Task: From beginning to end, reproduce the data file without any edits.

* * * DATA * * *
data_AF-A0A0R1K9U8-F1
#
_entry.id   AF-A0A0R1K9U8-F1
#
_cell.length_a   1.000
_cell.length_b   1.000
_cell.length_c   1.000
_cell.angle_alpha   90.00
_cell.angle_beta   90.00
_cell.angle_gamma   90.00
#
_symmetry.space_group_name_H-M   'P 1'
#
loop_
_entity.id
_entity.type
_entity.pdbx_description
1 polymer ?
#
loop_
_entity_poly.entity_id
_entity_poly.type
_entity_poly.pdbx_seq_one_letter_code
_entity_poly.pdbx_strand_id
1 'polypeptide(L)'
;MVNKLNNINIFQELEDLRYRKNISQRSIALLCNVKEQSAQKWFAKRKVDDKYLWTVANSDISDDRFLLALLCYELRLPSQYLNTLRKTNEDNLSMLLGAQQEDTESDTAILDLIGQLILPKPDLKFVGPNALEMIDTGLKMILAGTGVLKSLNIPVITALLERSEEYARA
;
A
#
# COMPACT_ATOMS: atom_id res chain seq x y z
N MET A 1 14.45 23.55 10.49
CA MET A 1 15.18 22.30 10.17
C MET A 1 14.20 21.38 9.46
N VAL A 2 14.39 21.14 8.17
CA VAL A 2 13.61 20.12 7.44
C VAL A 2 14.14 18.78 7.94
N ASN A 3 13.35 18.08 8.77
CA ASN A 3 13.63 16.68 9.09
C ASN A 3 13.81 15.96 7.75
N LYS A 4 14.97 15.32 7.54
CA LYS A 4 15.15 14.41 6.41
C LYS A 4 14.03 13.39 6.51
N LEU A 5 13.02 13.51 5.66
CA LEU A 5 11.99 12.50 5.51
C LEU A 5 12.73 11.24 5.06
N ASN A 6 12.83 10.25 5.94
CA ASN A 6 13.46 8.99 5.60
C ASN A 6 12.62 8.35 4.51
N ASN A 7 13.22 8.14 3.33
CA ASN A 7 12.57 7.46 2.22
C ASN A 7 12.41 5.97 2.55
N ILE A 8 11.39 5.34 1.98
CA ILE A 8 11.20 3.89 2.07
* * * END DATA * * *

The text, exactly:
data_AF-A0A0R1K9U8-F1
#
_entry.id   AF-A0A0R1K9U8-F1
#
_cell.length_a   1.000
_cell.length_b   1.000
_cell.length_c   1.000
_cell.angle_alpha   90.00
_cell.angle_beta   90.00
_cell.angle_gamma   90.00
#
_symmetry.space_group_name_H-M   'P 1'
#
loop_
_entity.id
_entity.type
_entity.pdbx_description
1 polymer ?
#
loop_
_entity_poly.entity_id
_entity_poly.type
_entity_poly.pdbx_seq_one_letter_code
_entity_poly.pdbx_strand_id
1 'polypeptide(L)'
;MVNKLNNINIFQELEDLRYRKNISQRSIALLCNVKEQSAQKWFAKRKVDDKYLWTVANSDISDDRFLLALLCYELRLPSQYLNTLRKTNEDNLSMLLGAQQEDTESDTAILDLIGQLILPKPDLKFVGPNALEMIDTGLKMILAGTGVLKSLNIPVITALLERSEEYARA
;
A
#
# COMPACT_ATOMS: atom_id res chain seq x y z
N MET A 1 14.45 23.55 10.49
CA MET A 1 15.18 22.30 10.17
C MET A 1 14.20 21.38 9.46
N VAL A 2 14.39 21.14 8.17
CA VAL A 2 13.61 20.12 7.44
C VAL A 2 14.14 18.78 7.94
N ASN A 3 13.35 18.08 8.77
CA ASN A 3 13.63 16.68 9.09
C ASN A 3 13.81 15.96 7.75
N LYS A 4 14.97 15.32 7.54
CA LYS A 4 15.15 14.41 6.41
C LYS A 4 14.03 13.39 6.51
N LEU A 5 13.02 13.51 5.66
CA LEU A 5 11.99 12.50 5.51
C LEU A 5 12.73 11.24 5.06
N ASN A 6 12.83 10.25 5.94
CA ASN A 6 13.46 8.99 5.60
C ASN A 6 12.62 8.35 4.51
N ASN A 7 13.22 8.14 3.33
CA ASN A 7 12.57 7.46 2.22
C ASN A 7 12.41 5.97 2.55
N ILE A 8 11.39 5.34 1.98
CA ILE A 8 11.20 3.89 2.07